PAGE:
FEATURE: More Japanese women freeze eggs for future babies
At least 23 medical institutions around the country preserve the frozen eggs of healthy women to help them have babies in the future, and three women in their 40s have used their frozen eggs to have babies, The Yomiuri Shimbun has learned.
A total of 562 women had frozen eggs preserved at these institutes as of the end of February this year.
The possibility of childbirth increases if eggs are collected and cryopreserved when women are as young as possible. However, some people are concerned that the current situation will encourage delivery at an advanced age, which can have high health risks both for the mother and the baby.
In October last year, The Yomiuri Shimbun sent questionnaires to 597 medical institutions registered with the Japan Society of Obstetrics and Gynecology as facilities that provide advanced infertility treatment. Of this number, 304 facilities had responded as of Saturday and 23 facilities disclosed the number of healthy women who had frozen their eggs.
The age when the women had their eggs collected ranged from 24 to 49. Thirty-one women unfroze their eggs and used them. Of the 31, three women gave birth — two at St. Mother Hospital in Kitakyushu and one at Oak Clinic, Sumiyoshi in Osaka.
All the women were single, and froze their eggs when they were 38, 39 and 41. After they got married, they underwent in vitro fertilisation using frozen eggs and they gave birth at the ages of 40, 41 and 44, according to the medical institutions.
Asked why healthy women wanted to freeze their eggs, with multiple answers allowed, 21 facilities quoted women as saying “I have no partner now,” while seven quoted women as saying “I can’t give birth now because I’m busy with work or for other reasons.”
Freezing eggs started in about 2000 for women whose ovarian functions would be damaged through cancer treatment or for other reasons, to make it possible for them to give birth in the future. Egg freezing for this kind of purpose is conducted at 118 facilities, according to the survey.
Some facilities later started freezing eggs for healthy women as a measure against age-related fertility problems. Egg freezing apparently increased immediately after the Japan Society for Reproductive Medicine devised a guideline in 2013 that permits egg freezing for healthy women under certain conditions.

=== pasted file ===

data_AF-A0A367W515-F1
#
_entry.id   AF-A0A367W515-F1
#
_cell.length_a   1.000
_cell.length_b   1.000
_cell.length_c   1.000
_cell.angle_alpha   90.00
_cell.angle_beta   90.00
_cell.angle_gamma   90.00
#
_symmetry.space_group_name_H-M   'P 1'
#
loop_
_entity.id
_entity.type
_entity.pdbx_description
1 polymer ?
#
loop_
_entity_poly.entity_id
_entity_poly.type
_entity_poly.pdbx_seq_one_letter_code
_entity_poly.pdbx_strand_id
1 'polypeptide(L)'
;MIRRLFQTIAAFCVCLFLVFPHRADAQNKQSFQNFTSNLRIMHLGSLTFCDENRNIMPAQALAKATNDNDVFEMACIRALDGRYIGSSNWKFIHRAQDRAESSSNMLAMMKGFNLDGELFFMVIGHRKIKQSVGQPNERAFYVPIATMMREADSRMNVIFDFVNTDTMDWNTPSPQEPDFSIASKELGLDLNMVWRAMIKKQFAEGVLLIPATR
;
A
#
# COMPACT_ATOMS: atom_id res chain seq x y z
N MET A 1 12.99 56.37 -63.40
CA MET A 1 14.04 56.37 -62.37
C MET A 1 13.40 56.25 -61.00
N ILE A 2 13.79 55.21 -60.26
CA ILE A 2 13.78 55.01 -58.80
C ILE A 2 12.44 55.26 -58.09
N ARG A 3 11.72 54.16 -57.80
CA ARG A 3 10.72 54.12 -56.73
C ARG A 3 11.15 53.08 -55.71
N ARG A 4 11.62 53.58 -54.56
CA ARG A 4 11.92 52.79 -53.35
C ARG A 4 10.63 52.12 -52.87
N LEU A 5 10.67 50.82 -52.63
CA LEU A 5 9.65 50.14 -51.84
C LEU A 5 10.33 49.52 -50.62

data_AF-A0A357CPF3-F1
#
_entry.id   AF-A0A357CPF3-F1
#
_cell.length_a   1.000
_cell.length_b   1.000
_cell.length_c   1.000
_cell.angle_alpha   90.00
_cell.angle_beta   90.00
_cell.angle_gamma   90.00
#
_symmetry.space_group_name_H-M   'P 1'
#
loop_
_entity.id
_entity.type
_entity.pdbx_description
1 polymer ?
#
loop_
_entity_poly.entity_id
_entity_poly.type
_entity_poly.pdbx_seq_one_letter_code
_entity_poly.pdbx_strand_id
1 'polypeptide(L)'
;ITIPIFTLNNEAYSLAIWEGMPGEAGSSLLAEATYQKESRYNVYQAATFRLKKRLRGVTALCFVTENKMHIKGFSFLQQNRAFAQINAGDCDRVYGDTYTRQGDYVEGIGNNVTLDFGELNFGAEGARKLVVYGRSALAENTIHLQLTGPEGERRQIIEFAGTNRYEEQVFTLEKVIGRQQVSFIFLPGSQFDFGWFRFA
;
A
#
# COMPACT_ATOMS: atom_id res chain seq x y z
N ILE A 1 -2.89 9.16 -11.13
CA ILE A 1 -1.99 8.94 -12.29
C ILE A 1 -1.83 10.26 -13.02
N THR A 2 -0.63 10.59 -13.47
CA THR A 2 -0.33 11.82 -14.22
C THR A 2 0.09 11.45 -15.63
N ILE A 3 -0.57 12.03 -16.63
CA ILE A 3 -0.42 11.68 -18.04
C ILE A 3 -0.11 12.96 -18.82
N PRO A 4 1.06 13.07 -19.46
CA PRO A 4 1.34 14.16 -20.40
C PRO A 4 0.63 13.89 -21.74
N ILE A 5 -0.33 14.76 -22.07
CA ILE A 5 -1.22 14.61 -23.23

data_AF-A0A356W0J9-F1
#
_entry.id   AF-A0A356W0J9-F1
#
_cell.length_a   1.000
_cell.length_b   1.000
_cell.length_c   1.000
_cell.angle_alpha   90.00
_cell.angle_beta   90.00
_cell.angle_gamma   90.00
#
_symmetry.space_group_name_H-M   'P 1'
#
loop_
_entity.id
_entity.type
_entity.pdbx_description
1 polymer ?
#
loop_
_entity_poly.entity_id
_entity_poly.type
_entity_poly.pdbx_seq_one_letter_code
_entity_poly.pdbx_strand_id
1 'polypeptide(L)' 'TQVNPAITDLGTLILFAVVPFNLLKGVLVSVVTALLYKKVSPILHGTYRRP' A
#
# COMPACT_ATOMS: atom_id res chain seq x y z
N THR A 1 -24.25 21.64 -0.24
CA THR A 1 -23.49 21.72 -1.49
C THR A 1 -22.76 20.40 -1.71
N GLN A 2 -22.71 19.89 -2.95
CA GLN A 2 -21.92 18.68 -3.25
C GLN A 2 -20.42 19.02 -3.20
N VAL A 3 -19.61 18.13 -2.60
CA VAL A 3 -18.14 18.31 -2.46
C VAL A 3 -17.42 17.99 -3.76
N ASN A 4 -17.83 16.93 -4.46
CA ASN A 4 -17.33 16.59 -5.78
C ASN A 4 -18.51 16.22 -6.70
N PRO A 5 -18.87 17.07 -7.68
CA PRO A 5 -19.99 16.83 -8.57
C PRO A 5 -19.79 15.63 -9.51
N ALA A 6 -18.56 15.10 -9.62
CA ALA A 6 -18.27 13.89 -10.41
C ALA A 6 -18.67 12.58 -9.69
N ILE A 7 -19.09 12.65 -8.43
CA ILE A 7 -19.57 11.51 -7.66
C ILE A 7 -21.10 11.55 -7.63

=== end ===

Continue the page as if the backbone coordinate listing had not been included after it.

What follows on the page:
Of the 23 facilities, 14 facilities started services to preserve frozen eggs from that year. The number of institutes to provide the service may increase in the future.
According to the society’s guideline, it is not recommended to collect eggs from women aged 40 or over, or to use frozen eggs for women aged 45 or over, due to the risks of late childbearing. However, the survey results show that about 40 percent of women had their eggs collected at the age of 40 or over.
Among the 370,000 cases of in vitro fertilisation conducted annually, eggs are usually fertilized without being frozen and fertilised eggs that grow well are transplanted into wombs.
At the egg stage, it is not known whether an egg will become a fertilised egg that can be transplanted, so freezing eggs does not increase the probability of giving birth over in vitro fertilisation conducted with non-frozen eggs.
Yutaka Osuga, a professor at the University of Tokyo Hospital who specialises in gynecologic surgery, is calling people’s attention to the fact that there will be high risks for mother and child when a women gets pregnant through frozen eggs at an advanced age.
“Regardless of egg quality, hypertension due to pregnancy and premature delivery will increase with aging,” Osuga said.
Copyright: The Japan News/ Asian News Network